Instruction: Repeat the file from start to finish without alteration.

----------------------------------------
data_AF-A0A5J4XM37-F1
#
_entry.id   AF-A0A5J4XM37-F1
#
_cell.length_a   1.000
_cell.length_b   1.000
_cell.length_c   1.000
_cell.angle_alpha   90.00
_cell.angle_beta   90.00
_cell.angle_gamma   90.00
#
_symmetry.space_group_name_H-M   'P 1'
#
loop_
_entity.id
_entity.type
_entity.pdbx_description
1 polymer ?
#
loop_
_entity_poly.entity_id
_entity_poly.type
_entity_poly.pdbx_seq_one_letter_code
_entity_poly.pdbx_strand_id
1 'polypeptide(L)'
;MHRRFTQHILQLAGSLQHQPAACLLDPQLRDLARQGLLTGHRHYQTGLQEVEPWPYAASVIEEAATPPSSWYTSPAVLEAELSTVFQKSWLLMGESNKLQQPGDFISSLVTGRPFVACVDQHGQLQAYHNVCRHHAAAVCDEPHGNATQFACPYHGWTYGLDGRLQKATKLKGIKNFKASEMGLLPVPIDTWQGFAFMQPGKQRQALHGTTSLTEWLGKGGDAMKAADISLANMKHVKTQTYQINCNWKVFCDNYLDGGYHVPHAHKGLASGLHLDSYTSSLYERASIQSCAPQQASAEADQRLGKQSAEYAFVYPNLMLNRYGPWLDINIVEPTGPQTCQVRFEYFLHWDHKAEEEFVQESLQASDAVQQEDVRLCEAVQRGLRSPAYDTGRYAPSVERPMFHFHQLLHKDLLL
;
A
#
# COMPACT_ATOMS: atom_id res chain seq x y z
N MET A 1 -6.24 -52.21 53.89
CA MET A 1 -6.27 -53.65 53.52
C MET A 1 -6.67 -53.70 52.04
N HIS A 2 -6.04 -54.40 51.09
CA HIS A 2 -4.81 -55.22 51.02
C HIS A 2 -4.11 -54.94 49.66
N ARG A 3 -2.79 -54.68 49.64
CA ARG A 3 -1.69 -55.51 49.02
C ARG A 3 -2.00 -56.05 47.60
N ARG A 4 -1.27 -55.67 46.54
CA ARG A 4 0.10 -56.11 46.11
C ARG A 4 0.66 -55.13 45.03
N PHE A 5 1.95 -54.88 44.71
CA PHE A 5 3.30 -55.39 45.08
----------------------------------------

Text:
data_AF-A0A5J4XM37-F1
#
_entry.id   AF-A0A5J4XM37-F1
#
_cell.length_a   1.000
_cell.length_b   1.000
_cell.length_c   1.000
_cell.angle_alpha   90.00
_cell.angle_beta   90.00
_cell.angle_gamma   90.00
#
_symmetry.space_group_name_H-M   'P 1'
#
loop_
_entity.id
_entity.type
_entity.pdbx_description
1 polymer ?
#
loop_
_entity_poly.entity_id
_entity_poly.type
_entity_poly.pdbx_seq_one_letter_code
_entity_poly.pdbx_strand_id
1 'polypeptide(L)'
;MHRRFTQHILQLAGSLQHQPAACLLDPQLRDLARQGLLTGHRHYQTGLQEVEPWPYAASVIEEAATPPSSWYTSPAVLEAELSTVFQKSWLLMGESNKLQQPGDFISSLVTGRPFVACVDQHGQLQAYHNVCRHHAAAVCDEPHGNATQFACPYHGWTYGLDGRLQKATKLKGIKNFKASEMGLLPVPIDTWQGFAFMQPGKQRQALHGTTSLTEWLGKGGDAMKAADISLANMKHVKTQTYQINCNWKVFCDNYLDGGYHVPHAHKGLASGLHLDSYTSSLYERASIQSCAPQQASAEADQRLGKQSAEYAFVYPNLMLNRYGPWLDINIVEPTGPQTCQVRFEYFLHWDHKAEEEFVQESLQASDAVQQEDVRLCEAVQRGLRSPAYDTGRYAPSVERPMFHFHQLLHKDLLL
;
A
#
# COMPACT_ATOMS: atom_id res chain seq x y z
N MET A 1 -6.24 -52.21 53.89
CA MET A 1 -6.27 -53.65 53.52
C MET A 1 -6.67 -53.70 52.04
N HIS A 2 -6.04 -54.40 51.09
CA HIS A 2 -4.81 -55.22 51.02
C HIS A 2 -4.11 -54.94 49.66
N ARG A 3 -2.79 -54.68 49.64
CA ARG A 3 -1.69 -55.51 49.02
C ARG A 3 -2.00 -56.05 47.60
N ARG A 4 -1.27 -55.67 46.54
CA ARG A 4 0.10 -56.11 46.11
C ARG A 4 0.66 -55.13 45.03
N PHE A 5 1.95 -54.88 44.71
CA PHE A 5 3.30 -55.39 45.08